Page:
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    Author(s): Kerry O. Britton
    Date: 1998
    Source: Conference proceedings; 1997 April 8-10; Nashville, TN. U.S. Forest Service and Tennessee Exotic Pest Plant Council. 198 p.
    Publication Series: Full Proceedings
    Station: Northern Research Station
    PDF: View PDF  (16.18 MB)

    Titles contained within Exotic pests of eastern forests conference proceedings

    Description

    Invasive exotic pest plants, diseases, and insects, have had a dramatic impact on the health and composition of the Eastern forests for many decades. Chestnut blight was discovered in the United States in 1904. Since then, it has virtually destroyed the chestnut population, which once occupied 25 percent of the eastern forest. In the 1860's, the gypsy moth was accidentally released in Massachusetts. Since then, it has become established in 16 states, and for most of the past 15 years, has defoliated a million acres of hardwood trees each year. Kudzu was introduced into the United States in 1876, and later distributed to many states in an effort to control agricultural erosion. It did not control erosion; rather, it became one of the most serious pest plants in the southeast, where it now covers seven million acres. The Exotic Pests of Eastern Forests Conference was developed to make the audience more aware of the many invasive exotic pests in eastern forests, and the impact which they have had on the ecosystem; and to warn the audience of the potential devastation that could occur if prevention and control measures are not developed and utilized soon.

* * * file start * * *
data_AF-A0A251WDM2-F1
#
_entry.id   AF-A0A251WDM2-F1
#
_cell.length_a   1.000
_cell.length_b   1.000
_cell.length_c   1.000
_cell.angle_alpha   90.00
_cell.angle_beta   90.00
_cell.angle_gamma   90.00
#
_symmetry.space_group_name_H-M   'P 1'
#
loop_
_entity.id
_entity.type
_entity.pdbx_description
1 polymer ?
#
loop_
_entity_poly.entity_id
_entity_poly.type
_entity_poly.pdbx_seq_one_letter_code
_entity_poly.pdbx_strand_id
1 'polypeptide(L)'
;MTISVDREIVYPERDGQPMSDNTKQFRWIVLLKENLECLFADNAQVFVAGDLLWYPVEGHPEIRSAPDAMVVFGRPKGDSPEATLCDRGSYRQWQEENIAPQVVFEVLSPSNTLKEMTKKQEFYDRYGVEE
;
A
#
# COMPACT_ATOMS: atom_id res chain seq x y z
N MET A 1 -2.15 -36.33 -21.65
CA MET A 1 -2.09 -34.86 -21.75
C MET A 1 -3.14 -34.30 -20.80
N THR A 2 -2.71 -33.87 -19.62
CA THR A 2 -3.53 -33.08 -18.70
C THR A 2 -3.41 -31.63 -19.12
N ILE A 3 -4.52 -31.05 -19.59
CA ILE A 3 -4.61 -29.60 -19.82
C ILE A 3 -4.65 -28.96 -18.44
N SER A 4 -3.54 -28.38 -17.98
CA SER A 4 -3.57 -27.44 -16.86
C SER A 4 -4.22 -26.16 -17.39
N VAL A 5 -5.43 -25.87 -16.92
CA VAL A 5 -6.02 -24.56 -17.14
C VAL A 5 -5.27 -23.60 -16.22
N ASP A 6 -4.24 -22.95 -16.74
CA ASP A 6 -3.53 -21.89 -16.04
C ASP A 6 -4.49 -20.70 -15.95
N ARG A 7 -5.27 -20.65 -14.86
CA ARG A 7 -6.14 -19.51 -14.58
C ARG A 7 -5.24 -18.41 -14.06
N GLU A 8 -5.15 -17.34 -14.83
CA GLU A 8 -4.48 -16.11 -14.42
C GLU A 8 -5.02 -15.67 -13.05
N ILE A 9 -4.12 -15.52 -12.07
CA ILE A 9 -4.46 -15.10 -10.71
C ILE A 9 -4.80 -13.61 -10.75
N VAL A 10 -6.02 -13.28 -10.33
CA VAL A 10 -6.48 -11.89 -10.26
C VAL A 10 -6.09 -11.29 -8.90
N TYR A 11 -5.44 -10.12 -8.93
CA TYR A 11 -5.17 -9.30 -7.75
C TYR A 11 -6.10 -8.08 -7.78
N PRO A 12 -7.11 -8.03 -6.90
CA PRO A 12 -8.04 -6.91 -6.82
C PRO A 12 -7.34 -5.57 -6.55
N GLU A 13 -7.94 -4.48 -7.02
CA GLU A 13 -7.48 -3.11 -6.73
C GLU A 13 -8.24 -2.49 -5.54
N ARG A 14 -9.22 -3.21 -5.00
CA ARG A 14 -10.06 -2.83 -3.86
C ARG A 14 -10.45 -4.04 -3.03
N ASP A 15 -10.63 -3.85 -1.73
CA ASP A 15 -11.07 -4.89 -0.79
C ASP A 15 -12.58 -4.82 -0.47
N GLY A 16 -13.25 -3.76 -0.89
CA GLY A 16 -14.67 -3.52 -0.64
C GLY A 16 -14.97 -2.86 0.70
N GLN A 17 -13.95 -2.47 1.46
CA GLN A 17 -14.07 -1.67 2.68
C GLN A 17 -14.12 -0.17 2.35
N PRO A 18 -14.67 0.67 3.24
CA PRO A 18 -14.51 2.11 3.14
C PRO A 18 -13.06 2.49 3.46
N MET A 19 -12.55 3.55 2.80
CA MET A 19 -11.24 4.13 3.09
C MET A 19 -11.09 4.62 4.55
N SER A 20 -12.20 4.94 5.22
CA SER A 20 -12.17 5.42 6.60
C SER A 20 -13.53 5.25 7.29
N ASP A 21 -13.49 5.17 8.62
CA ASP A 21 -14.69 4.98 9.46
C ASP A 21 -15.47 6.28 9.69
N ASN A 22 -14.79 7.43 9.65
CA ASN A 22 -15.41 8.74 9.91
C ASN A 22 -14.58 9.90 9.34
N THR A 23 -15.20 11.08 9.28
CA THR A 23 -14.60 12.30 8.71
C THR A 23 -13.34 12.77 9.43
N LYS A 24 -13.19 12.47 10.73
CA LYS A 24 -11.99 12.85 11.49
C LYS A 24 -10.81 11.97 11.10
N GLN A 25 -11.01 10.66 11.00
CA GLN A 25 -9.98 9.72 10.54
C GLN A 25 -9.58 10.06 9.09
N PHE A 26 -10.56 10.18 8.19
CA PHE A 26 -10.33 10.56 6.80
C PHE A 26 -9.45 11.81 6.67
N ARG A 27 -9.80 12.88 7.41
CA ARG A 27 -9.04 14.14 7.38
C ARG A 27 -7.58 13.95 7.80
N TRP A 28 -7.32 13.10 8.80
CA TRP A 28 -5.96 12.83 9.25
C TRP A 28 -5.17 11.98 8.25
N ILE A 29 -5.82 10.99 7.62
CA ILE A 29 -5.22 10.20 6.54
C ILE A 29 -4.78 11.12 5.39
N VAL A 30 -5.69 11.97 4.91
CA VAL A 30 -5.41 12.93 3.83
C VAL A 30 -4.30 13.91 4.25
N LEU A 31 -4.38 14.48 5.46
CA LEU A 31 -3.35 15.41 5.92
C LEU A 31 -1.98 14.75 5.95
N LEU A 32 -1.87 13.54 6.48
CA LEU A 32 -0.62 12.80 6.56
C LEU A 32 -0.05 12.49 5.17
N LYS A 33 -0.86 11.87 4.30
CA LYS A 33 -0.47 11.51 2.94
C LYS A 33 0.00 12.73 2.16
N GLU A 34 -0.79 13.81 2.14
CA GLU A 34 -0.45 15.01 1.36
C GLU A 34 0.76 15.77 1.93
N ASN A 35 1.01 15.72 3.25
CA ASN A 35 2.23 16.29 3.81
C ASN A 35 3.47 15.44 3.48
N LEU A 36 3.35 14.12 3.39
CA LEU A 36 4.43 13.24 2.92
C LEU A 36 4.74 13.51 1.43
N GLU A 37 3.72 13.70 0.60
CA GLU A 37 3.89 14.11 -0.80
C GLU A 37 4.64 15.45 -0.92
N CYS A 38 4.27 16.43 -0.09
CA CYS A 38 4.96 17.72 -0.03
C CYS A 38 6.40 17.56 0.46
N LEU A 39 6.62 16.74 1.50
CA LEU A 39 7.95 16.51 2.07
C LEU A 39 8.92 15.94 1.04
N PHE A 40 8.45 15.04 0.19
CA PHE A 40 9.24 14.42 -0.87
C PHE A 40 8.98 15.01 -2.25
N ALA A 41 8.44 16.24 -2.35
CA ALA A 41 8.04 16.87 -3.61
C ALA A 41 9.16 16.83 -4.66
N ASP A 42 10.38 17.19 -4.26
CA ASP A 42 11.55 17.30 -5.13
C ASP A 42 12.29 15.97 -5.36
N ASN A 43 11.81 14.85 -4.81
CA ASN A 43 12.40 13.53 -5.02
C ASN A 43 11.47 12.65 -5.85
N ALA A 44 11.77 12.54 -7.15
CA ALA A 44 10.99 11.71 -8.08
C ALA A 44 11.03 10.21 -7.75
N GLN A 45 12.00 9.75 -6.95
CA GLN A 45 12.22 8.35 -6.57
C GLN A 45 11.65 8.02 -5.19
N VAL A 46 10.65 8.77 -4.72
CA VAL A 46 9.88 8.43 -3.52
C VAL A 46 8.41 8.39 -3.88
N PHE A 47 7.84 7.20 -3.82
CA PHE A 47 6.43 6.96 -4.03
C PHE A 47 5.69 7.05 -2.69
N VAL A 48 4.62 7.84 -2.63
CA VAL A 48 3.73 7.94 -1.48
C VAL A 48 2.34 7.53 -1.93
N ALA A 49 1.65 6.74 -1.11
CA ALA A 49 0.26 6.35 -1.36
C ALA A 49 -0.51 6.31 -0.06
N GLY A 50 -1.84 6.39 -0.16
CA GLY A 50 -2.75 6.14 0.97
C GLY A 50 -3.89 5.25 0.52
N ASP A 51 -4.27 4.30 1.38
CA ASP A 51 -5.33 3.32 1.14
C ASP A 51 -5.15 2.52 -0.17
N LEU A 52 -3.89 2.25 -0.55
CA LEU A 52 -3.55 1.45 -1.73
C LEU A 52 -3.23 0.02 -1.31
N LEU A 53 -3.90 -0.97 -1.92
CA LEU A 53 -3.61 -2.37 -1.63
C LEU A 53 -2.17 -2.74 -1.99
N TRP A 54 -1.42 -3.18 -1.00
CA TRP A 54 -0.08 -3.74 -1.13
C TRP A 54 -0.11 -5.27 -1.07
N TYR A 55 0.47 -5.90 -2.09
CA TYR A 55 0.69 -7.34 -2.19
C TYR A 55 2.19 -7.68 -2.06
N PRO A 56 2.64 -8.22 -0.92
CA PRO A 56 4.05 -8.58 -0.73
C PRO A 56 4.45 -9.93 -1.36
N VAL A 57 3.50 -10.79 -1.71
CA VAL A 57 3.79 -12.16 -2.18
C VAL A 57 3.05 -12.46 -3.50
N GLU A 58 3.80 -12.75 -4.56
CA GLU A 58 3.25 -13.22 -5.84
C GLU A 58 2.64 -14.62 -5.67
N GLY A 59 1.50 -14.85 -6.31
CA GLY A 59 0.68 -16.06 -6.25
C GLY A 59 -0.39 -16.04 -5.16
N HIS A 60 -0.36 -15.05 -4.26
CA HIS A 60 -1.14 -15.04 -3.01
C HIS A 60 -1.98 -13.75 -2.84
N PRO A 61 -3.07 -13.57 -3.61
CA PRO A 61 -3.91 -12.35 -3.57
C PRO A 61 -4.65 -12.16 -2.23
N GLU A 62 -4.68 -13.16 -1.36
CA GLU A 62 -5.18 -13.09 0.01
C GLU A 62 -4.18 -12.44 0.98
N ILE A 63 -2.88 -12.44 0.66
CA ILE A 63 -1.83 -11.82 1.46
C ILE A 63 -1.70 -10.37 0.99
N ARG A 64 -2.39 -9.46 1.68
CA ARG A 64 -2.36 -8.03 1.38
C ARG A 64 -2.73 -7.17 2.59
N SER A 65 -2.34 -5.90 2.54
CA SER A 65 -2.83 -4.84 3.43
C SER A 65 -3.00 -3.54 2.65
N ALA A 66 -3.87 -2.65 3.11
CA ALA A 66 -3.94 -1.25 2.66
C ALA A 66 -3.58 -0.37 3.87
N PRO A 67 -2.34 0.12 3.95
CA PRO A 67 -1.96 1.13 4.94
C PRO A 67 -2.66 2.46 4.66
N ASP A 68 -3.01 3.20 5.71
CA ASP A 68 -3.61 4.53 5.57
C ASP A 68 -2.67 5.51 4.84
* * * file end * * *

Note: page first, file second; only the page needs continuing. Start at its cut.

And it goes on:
Publication Notes

    • Check the Northern Research Station web site to request a printed copy of this publication.
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    • During the capture process some typographical errors may occur.
    • Please contact Sharon Hobrla, shobrla@fs.fed.us if you notice any errors which make this publication unusable.
    • We recommend that you also print this page and attach it to the printout of the article, to retain the full citation information.
    • This article was written and prepared by U.S. Government employees on official time, and is therefore in the public domain.

    Citation

    Britton, Kerry O., ed. 1998. Exotic pests of eastern forests conference proceedings; 1997 April 8-10; Nashville, TN. U.S. Forest Service and Tennessee Exotic Pest Plant Council. 198 p.

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